Music Saturday

By Megan McArdle

I've now listened to the new Beirut album four times, and it's disappointing. Not bad, exactly, just . . . fine. The sound's evolving, which is always interesting, but the direction in which it's evolving isn't, very. I'm all for more listenable style--I have too many albums right now that I can't really listen to at work, because it's too distracting--but somehow, it doesn't quite make it. If after four plays nothing's leaped out at me, it seems rather likely that nothing will.

On an unrelated note, I listened to Hem's Rabbit Songs for the first time in months, which was a great album. (Sadly, never matched by their later efforts). And as I was listening to "Half Acre", it suddenly occurred to me that I've listened to a lot of hard-core copyright advocates complaining that "fair use" might let someone ruin a song by, for example, turning the Ride of the Valkyries into a laxative commercial. How come none of these sensitive-eared music lovers get upset when bands ruin their own songs by, say, licensing them to egregiously overplayed insurance commercials? Obviously, I'm a libertarian; I think the latter should be legal. But can't we at least make fun of them, hard?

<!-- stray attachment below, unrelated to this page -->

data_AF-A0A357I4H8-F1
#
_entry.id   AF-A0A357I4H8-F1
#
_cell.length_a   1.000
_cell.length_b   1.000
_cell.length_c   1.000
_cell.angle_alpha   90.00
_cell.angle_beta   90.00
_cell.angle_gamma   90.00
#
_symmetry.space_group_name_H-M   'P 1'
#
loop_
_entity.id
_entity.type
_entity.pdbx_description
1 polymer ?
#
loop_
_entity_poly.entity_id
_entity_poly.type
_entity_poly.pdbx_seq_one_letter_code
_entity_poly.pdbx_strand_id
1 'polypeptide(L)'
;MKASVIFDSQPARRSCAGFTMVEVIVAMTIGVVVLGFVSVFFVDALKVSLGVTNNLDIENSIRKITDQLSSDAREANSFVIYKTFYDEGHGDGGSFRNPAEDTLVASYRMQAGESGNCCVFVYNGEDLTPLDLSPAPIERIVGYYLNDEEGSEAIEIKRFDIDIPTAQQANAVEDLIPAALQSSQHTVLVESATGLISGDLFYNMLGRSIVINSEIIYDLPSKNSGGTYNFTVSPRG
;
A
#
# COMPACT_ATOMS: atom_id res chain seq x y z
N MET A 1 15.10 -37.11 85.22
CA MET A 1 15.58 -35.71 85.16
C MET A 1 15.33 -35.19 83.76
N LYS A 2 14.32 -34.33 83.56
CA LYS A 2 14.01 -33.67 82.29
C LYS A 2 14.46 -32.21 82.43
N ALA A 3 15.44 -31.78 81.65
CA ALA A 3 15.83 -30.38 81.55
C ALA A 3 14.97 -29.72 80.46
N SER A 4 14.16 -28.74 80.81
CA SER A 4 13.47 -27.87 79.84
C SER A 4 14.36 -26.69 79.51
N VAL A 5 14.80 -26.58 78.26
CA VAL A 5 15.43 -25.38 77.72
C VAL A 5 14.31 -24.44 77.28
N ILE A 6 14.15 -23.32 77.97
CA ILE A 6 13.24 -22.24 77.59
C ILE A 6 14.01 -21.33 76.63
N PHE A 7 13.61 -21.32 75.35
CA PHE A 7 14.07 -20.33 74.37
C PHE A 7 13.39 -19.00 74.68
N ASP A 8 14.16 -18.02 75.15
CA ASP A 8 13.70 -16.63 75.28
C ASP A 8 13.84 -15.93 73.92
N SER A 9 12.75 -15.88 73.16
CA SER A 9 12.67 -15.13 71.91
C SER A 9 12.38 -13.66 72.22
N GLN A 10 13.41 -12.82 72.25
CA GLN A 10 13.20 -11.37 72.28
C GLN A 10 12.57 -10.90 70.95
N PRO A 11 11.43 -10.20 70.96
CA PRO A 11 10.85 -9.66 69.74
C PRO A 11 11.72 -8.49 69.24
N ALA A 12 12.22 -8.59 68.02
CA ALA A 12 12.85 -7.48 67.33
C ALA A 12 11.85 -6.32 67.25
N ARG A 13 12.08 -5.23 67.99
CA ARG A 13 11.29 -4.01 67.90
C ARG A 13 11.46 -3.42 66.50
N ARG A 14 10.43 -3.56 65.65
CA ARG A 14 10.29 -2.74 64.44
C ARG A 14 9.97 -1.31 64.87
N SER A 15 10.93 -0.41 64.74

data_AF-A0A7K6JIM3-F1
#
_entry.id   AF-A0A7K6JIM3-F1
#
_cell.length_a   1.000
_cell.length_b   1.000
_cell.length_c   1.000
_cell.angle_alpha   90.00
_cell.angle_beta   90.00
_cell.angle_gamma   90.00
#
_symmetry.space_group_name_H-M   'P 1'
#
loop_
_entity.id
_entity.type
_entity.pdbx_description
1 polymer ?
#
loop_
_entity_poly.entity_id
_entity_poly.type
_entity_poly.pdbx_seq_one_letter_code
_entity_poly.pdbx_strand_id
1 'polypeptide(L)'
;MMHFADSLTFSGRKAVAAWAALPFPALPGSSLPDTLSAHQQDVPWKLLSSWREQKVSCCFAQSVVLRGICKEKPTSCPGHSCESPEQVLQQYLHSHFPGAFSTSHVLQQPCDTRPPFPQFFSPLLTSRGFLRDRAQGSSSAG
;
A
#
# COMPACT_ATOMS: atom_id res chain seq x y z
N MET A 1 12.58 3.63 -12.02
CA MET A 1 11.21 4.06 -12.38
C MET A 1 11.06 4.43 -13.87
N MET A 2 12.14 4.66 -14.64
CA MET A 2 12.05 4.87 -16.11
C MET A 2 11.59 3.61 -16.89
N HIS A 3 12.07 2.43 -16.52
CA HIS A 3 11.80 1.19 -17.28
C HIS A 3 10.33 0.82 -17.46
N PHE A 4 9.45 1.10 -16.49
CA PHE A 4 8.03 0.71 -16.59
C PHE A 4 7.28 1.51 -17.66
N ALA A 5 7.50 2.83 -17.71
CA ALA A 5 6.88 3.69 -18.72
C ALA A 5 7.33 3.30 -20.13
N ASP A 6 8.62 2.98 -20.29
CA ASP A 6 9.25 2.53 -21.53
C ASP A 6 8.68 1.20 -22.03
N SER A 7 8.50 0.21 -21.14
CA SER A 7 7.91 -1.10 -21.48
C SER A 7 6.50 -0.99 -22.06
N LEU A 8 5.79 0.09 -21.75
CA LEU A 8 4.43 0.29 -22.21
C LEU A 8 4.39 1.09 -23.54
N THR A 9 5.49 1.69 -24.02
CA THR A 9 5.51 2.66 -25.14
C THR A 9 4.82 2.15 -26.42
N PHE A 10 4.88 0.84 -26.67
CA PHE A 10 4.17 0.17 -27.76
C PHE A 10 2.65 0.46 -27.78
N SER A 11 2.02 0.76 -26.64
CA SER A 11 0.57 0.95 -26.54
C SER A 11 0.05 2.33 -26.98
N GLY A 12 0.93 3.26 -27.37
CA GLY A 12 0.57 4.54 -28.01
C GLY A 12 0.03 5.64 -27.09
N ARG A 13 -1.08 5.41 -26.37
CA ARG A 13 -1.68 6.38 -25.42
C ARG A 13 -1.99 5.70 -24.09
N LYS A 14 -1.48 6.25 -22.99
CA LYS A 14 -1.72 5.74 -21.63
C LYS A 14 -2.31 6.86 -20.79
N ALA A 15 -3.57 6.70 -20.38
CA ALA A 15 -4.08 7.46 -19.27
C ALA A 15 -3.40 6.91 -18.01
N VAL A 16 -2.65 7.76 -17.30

See web-only content:
http://www.theatlantic.com/business/archive/2007/09/music-saturday/1968/

The truly shocking news is that Wikipedia claims the insurance commercial gave Hem a boost. It couldn't have happened to a nicer band, of course, but do people really buy music off commercials?

This article available online at:

http://www.theatlantic.com/business/archive/2007/09/music-saturday/1968/